Presidential Commission to be established on 4IR strategies for SA
CAPE TOWN - South Africa is to establish a Presidential Commission on the Fourth Industrial Revolution (4IR) to identify strategies to put the country at the forefront of technological change and to grow its economy.
Finance Minister Tito Mboweni this week told the World Economic Forum on Africa (WEF) conference in Cape Town in a speech delivered on behalf of President Cyril Ramaphosa, that the government was also working with the development of a contiinental strategy on 4IR, which was being led by the African Telecommunication Union.
“”The free flow of data lies at the heart of the revolution…we must be prepared to take risk, or risk being left behind,” Mboweni said.
“We need to ensure broadband access is available to all. If we do not, we run the risk of perpetuating economic inequality and exclusivity of our people.”.
UN deputy secretary general Amina Mohammed said innovations through 4IR could benefit wealth distribution and provide substitutes for capital and labour, but it could also add to social divisions: those who were digitally empowered and those who are digitally derived.
Mohammed said the latest UN data showed that half of Africa’s people would have cell phones by next year.
WEF Head of Africa Elsie Kanza said 4IR had become the most fundamental disruptor around the world
“Africa cannot afford to be left behind,” Kanza said. “We need to renew our frameworks of cooperation so that we can create a sustainable future for Africa.”
Mboweni said the Africa Free Trade Agreement was a fundamental pillar to the growth in intra-regional trade, and economic growth.
“The fact that most African leaders have signed the agreement is a good start. I hope that the leaders in every African country let every editor, truck driver and border post official know about this agreement. It is the biggest thing in Africa since the post -colonial period,” Mboweni said.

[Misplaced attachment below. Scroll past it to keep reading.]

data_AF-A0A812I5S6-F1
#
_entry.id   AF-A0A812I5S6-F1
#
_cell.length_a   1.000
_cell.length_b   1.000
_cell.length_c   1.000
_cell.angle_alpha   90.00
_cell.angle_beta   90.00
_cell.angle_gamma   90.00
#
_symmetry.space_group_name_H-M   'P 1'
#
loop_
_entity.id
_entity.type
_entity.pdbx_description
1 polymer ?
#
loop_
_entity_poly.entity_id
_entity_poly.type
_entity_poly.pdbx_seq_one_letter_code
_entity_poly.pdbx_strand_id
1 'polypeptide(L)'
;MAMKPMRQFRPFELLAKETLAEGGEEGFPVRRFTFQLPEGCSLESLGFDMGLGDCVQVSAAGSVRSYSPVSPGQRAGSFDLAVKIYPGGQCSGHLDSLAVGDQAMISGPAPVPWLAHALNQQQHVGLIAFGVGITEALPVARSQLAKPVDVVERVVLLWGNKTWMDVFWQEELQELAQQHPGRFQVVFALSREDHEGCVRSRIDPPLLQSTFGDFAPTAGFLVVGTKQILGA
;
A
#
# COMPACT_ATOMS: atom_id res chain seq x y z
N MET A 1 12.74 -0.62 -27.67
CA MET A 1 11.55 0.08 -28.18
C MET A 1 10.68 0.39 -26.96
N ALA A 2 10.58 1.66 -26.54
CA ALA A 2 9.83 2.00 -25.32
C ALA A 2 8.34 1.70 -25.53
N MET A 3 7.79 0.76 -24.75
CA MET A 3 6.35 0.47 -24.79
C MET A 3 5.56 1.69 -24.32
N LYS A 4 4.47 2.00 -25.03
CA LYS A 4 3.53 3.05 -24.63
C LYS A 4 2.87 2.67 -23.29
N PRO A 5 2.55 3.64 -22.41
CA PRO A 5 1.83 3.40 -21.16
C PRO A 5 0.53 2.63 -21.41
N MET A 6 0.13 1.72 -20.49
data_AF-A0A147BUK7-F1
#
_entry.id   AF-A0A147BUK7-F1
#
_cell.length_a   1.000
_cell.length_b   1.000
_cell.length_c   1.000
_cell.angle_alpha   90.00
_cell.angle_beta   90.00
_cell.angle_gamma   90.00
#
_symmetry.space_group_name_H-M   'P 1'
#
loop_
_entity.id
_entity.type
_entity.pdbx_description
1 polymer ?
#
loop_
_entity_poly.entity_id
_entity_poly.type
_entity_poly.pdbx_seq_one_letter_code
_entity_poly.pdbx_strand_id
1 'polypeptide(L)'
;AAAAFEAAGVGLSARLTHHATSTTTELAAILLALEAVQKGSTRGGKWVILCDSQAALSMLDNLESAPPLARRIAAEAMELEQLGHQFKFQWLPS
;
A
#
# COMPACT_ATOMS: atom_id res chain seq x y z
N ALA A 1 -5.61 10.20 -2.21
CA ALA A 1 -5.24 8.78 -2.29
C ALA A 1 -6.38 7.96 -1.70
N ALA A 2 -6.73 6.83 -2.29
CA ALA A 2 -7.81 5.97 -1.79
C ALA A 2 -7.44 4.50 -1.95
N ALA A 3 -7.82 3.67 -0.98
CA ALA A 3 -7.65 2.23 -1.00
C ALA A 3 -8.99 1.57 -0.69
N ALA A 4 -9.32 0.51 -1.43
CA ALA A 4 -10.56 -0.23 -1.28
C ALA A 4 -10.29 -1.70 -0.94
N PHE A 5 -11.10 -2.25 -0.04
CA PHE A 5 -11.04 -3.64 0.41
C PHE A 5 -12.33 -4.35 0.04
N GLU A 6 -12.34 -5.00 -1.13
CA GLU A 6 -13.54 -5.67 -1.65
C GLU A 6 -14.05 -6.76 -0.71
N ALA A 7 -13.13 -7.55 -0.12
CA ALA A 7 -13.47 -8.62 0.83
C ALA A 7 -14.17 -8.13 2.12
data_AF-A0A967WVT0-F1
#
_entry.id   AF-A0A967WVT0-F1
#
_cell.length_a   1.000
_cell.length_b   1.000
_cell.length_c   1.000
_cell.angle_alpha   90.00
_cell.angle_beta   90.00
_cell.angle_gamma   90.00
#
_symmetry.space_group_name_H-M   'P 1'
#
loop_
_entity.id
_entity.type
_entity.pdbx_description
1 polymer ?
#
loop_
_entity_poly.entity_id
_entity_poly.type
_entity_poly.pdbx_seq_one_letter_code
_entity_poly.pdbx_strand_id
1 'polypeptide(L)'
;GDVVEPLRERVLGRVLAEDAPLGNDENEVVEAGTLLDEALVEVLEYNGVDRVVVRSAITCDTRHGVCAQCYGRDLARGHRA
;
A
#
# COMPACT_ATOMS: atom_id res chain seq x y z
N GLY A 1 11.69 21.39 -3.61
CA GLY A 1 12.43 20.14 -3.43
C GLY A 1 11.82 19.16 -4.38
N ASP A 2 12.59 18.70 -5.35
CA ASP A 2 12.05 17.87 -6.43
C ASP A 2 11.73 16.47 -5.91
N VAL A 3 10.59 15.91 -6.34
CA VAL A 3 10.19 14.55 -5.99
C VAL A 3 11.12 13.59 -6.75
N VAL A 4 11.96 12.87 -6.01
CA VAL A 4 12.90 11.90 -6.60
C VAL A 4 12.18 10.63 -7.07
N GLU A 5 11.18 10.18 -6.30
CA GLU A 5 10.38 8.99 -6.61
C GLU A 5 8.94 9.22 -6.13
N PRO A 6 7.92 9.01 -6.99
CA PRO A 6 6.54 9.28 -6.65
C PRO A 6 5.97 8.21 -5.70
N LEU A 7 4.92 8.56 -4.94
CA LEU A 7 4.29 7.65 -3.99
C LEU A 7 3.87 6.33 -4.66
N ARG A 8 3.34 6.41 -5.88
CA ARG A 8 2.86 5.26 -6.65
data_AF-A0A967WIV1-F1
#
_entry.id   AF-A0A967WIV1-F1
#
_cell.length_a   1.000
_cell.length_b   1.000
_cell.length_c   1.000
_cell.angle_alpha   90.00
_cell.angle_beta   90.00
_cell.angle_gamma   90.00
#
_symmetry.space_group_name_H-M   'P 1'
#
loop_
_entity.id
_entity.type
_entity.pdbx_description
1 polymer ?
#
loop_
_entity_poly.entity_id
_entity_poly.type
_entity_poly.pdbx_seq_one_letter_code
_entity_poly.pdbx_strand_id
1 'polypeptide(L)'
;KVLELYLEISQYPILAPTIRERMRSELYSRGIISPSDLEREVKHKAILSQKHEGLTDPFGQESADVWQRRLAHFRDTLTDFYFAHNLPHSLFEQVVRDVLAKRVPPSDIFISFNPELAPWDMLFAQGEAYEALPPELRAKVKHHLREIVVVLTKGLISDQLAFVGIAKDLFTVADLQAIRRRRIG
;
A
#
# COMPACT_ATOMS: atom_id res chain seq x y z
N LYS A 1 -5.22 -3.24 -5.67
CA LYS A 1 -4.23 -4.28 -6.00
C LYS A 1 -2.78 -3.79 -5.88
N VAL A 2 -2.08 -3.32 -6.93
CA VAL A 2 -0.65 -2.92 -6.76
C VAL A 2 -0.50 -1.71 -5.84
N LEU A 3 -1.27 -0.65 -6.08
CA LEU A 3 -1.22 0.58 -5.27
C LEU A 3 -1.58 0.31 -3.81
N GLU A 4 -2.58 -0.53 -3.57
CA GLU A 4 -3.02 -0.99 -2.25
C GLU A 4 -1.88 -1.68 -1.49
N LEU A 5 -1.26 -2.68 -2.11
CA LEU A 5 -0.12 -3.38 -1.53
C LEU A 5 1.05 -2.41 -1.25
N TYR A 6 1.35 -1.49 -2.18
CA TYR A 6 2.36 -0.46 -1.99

Addressng the recent xenophobic violence that has claimed the lives of seven people in Gauteng, Mboweni said that for the free movement of goods to improve in Africa, the free movement of people in Africa needed to improve.
“You cannot allow one person and disallow another. As an African, I should be allowed to settle anywhere I like in Africa. Africa solidarity is key. The majority of South African’s are appalled at what is happening. We shall overcome,”” he said.
Mohammed appealed to African leaders to speak to their people about the free trade agreement…”the fear among (ordinary people) is real,” she said.
She said it was going to be very difficult for African leaders to implement the free trade agreement operationally, but the agreement would create the biggest free trade area in the world at a time where other free trade agreements were facing political strains.
Mboweni said businesses needed to work with government to upskill the youth.
“We need to prepare our young people for jobs that haven’t yet been created,” he said.